Nutrition is an incredibly important part of any ultramarathon. If you want to keep the fires burning bright, you need to feed the flames with fuel. There are two options for fueling. The first is to use real food and rely on things such as flapjack, cake, fruit, cheese, biscuits, sandwiches, crisps, etc. to carry you through to the line - the spread laid out at most aid stations is usually a smörgåsbord of delights. The second option is to rely on manufactured products such as energy gels and bars to fuel you. These have been "scientifically engineered" to offer the most efficient fuel for athletes, and have the advantage of requiring minimum digestion to get the energy out. Whichever method you choose, the important thing is to try things out in training to see what works and (more importantly) what doesn't work before race day. Practice fueling on the move - eating while running can be unpleasant if you are not used to it. Most people use a combination of real food and gels, which gives the fast acting benefit of gels, but give you a little more variety to stop you getting bored with food. If you have never run a 100 miler before, it is difficult to explain how difficult it can be to eat later in the race, and it can reach a point where you are having to force it down. And it won't necessarily stay there!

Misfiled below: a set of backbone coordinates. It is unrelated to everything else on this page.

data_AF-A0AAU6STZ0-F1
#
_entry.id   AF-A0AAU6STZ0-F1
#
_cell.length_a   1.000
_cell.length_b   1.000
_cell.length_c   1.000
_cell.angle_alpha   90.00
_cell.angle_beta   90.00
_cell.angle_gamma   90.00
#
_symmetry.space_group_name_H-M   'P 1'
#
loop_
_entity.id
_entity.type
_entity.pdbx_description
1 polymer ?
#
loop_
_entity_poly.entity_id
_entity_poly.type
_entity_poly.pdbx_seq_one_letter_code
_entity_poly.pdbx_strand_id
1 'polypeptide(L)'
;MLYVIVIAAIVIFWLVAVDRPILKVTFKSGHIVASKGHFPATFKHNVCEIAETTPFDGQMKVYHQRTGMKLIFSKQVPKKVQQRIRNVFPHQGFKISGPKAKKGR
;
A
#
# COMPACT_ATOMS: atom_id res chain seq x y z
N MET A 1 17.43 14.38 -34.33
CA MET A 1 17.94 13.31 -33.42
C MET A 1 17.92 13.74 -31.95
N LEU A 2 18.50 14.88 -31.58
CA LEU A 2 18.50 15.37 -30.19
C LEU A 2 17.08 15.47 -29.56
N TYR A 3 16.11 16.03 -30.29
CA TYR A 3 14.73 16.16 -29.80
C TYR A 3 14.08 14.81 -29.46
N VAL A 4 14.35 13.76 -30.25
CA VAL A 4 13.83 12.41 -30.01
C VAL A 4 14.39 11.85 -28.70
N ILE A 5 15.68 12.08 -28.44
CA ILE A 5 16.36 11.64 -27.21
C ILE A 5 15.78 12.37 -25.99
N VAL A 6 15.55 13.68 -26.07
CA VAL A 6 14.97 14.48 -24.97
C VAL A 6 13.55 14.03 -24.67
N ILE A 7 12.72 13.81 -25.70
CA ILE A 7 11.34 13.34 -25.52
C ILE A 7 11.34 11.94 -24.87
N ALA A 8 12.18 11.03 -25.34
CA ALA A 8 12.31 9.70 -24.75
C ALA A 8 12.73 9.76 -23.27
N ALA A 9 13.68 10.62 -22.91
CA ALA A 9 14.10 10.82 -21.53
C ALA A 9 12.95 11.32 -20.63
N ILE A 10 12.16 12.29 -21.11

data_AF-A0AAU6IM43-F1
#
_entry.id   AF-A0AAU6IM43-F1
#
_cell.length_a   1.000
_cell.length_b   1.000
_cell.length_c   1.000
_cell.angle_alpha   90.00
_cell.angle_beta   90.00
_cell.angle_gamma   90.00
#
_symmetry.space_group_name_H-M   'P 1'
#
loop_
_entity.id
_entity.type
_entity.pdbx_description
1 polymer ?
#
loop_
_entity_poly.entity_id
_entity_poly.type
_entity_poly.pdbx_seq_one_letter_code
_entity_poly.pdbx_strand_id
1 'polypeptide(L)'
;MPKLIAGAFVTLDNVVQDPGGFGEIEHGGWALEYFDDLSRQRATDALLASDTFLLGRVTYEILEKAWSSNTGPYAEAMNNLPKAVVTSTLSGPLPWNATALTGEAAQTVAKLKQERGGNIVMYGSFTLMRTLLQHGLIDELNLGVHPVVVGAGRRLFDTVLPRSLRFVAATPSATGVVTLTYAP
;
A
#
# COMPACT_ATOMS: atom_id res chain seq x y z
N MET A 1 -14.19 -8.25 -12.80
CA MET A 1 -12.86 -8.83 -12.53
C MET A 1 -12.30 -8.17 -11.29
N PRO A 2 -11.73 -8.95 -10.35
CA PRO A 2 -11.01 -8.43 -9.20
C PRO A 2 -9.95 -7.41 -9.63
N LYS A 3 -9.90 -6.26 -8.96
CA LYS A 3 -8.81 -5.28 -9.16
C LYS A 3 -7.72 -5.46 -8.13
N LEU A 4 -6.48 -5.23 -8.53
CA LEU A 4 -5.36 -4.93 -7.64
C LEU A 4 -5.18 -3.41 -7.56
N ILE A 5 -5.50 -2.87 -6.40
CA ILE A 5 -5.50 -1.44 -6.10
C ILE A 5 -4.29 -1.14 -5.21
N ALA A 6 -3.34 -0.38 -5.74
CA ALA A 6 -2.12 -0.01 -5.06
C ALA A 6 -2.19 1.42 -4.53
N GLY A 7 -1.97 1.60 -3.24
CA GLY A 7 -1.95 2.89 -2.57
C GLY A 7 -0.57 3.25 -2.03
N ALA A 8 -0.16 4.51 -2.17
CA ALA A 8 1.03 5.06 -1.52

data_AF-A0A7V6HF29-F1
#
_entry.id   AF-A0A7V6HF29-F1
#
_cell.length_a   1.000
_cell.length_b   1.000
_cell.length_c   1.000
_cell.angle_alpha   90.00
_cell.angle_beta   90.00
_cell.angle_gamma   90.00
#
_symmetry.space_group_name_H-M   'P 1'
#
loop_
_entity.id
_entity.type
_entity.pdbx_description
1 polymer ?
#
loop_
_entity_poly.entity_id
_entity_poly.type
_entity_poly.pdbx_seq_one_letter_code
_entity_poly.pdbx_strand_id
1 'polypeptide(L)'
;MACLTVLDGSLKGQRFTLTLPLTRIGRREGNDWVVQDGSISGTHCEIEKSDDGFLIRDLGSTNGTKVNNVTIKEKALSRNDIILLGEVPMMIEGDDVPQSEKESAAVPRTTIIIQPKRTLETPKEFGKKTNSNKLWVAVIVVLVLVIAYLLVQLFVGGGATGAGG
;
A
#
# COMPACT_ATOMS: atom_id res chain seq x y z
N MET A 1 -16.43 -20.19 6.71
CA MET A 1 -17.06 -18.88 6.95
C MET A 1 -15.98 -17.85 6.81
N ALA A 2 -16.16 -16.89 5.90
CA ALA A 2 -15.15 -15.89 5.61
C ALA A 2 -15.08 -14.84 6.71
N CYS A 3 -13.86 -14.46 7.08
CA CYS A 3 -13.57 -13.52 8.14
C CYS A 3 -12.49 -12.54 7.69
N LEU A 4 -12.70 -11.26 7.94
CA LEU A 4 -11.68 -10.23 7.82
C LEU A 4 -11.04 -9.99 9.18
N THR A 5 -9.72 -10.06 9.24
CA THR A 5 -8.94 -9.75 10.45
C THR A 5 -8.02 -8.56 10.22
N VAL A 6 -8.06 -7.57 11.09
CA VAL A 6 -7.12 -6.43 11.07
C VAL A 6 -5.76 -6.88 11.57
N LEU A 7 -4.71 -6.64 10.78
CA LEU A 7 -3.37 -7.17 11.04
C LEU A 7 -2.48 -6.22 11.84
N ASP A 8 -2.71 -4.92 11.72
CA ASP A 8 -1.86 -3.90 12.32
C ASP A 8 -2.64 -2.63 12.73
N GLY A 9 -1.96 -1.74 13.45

There are lots of different kinds of gels to choose from, and they all come in a variety of flavours. I recommend trying them out to see which you prefer. I have been quite lucky and have found that I can pretty much eat anything when I run. Typically I use mainly GU gels in races. I choose to rely mainly on gels as these are a much faster source of fuel than having to digest a pork pie say, and typically I use GU gels as they are a lot thicker and less sticky than other varieties. If you are not used to them then it can take a little time to get used to the difference in texture (a little like I imagine wallpaper paste tastes), and some of the flavours are somewhat interesting (vanilla bean is incredibly sickly for instance), but frankly I don't really pay any attention as I squirt them into my face.